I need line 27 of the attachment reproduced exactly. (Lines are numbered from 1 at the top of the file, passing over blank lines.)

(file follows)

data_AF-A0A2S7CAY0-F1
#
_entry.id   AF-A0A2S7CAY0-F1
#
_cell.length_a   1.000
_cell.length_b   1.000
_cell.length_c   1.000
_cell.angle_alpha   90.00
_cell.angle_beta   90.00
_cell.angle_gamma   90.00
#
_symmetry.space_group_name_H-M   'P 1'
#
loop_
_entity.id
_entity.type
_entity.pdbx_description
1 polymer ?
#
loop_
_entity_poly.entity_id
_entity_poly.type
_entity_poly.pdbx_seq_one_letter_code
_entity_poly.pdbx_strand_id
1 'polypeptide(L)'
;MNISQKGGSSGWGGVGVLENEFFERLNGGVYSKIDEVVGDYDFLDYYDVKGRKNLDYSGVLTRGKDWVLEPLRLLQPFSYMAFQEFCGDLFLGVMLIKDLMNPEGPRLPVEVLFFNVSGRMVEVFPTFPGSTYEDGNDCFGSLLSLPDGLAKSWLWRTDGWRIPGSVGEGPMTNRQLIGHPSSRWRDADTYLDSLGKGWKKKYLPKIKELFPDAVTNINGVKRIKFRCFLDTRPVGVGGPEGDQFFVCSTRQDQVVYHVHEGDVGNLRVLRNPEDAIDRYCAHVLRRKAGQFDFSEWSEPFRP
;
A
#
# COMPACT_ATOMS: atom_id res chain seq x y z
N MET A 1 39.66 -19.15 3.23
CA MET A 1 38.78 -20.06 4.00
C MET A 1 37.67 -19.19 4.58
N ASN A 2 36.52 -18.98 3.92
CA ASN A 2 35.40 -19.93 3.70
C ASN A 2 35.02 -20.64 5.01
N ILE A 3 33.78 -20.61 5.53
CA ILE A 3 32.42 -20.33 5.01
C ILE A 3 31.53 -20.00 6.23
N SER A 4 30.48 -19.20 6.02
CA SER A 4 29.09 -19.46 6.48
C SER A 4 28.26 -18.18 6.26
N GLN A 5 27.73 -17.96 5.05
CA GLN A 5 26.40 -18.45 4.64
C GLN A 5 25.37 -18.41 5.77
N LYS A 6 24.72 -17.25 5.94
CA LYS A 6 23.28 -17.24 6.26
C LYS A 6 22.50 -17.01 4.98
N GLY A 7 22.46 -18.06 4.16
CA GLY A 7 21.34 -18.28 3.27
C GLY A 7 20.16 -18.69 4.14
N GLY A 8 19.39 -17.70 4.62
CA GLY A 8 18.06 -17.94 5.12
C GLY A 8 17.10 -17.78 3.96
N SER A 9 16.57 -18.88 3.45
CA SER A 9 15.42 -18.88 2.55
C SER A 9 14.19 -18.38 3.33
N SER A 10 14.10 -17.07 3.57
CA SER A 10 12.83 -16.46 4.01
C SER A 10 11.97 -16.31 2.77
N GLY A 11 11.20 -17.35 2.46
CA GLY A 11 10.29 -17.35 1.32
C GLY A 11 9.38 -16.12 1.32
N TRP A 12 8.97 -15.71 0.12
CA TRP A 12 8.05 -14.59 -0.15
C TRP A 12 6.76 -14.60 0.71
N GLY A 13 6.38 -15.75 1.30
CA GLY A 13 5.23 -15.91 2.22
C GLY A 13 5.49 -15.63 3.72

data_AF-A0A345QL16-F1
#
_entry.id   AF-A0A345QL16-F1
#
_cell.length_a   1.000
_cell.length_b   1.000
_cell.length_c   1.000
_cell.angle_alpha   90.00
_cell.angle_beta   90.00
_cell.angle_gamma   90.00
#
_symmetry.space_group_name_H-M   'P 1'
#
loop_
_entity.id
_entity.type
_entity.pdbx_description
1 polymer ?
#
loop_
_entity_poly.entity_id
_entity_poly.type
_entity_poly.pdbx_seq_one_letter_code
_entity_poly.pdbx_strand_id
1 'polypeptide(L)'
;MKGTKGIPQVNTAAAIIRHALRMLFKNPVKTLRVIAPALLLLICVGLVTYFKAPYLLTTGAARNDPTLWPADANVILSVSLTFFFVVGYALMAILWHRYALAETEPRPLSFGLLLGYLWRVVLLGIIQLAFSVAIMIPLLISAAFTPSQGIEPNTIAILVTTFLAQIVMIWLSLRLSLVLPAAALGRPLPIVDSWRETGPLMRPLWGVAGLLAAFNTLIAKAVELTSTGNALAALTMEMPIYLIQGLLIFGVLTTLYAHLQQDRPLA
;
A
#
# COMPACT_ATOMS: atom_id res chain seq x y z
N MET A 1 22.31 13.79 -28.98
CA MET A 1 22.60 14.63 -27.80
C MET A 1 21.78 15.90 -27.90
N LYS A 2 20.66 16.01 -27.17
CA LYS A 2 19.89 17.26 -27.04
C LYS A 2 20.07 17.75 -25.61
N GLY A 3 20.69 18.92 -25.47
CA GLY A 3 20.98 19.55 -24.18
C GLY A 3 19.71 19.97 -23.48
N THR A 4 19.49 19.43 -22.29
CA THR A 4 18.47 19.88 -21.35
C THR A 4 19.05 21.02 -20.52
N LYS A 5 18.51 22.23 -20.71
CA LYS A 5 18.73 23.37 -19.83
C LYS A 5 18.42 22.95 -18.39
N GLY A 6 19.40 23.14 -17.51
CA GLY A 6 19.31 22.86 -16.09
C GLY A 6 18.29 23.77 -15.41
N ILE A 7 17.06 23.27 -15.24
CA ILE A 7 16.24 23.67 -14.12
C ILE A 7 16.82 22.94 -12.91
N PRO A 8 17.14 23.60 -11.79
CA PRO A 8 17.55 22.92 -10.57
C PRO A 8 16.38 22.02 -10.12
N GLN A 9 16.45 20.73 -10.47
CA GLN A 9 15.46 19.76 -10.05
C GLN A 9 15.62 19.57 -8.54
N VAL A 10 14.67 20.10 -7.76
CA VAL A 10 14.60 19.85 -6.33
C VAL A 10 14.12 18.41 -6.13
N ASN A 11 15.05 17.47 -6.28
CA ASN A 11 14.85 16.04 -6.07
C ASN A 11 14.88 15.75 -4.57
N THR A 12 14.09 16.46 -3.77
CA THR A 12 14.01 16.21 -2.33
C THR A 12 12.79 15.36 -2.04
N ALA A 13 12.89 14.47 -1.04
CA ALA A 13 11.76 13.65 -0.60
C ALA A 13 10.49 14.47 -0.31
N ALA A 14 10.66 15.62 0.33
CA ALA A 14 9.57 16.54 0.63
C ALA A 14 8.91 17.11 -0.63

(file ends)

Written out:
;